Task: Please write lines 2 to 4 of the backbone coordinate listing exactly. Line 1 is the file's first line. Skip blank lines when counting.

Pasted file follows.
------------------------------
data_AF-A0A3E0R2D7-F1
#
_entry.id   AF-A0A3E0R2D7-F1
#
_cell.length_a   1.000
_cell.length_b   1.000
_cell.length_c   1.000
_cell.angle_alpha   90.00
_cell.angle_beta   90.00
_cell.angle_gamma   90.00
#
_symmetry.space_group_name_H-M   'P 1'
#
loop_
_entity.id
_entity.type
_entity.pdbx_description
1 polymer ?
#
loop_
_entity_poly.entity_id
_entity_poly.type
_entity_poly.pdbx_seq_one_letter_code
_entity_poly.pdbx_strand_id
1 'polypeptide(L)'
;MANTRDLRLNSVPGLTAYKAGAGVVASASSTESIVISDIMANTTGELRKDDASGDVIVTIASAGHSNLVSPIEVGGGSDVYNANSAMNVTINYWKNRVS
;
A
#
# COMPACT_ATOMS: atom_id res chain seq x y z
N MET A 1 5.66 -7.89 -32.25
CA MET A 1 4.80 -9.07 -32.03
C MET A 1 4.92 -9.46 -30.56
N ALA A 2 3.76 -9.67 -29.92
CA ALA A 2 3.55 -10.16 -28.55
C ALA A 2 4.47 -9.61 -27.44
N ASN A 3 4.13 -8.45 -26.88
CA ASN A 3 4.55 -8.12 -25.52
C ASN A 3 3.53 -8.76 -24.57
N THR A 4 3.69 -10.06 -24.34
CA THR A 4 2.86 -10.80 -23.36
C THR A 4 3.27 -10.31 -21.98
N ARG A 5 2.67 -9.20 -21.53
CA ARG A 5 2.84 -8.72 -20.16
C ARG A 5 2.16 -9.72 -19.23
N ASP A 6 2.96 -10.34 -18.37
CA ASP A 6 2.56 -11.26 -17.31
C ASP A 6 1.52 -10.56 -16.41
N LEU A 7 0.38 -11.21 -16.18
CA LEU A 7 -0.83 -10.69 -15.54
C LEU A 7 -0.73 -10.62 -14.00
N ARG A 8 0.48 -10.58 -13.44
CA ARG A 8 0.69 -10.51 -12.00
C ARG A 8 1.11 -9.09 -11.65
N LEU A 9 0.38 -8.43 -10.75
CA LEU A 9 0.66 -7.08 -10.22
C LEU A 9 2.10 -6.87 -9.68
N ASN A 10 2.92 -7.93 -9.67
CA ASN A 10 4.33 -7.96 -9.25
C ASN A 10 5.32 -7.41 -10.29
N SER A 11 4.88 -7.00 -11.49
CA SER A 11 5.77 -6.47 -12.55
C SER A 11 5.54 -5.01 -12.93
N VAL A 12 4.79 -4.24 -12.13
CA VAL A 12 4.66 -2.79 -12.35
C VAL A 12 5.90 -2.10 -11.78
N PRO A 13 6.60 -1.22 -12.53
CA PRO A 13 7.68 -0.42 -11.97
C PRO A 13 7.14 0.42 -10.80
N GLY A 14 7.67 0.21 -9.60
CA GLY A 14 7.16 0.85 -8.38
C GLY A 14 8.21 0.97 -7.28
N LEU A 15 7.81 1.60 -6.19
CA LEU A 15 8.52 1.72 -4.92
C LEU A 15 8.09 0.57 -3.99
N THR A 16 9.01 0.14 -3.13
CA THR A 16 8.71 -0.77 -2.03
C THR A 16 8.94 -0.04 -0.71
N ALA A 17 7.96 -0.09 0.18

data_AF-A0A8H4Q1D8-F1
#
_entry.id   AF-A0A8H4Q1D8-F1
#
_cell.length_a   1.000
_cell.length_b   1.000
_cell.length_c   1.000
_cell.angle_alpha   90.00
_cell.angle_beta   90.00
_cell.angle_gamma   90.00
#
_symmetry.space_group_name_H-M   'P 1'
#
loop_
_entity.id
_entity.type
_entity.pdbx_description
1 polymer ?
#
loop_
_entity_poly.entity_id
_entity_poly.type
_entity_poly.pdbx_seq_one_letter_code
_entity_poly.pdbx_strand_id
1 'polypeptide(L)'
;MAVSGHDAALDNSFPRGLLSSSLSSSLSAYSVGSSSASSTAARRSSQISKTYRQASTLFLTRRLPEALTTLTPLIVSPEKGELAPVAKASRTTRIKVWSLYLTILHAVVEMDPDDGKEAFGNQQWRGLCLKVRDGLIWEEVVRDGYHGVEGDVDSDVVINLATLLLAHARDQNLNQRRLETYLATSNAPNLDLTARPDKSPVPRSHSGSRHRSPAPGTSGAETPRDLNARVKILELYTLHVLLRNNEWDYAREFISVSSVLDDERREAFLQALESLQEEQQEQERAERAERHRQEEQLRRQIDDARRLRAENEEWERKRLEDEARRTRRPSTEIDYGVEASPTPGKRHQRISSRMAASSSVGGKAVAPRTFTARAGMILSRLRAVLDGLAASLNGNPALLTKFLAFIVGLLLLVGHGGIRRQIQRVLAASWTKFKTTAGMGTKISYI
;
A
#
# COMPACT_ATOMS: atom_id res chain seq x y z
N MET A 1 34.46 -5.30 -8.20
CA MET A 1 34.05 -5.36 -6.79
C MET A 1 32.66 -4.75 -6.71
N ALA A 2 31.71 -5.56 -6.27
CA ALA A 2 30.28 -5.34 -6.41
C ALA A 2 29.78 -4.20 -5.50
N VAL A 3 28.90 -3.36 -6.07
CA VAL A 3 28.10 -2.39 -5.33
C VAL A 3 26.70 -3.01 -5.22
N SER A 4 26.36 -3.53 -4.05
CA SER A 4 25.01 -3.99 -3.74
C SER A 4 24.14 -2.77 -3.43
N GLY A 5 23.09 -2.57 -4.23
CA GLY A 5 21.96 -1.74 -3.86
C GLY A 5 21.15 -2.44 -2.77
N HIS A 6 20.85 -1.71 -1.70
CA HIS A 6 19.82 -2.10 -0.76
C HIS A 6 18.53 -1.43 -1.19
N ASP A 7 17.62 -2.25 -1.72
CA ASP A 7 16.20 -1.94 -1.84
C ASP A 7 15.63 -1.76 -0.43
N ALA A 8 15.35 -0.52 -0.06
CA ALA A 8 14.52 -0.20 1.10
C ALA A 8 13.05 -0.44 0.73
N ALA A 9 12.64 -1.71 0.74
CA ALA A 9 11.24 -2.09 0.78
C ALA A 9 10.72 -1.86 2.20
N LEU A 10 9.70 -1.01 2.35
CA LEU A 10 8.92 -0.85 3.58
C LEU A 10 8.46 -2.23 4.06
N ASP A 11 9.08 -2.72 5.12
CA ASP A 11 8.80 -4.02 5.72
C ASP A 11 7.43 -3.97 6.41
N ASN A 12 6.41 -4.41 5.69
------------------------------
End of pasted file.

#
_entry.id   AF-A0A3E0R2D7-F1
#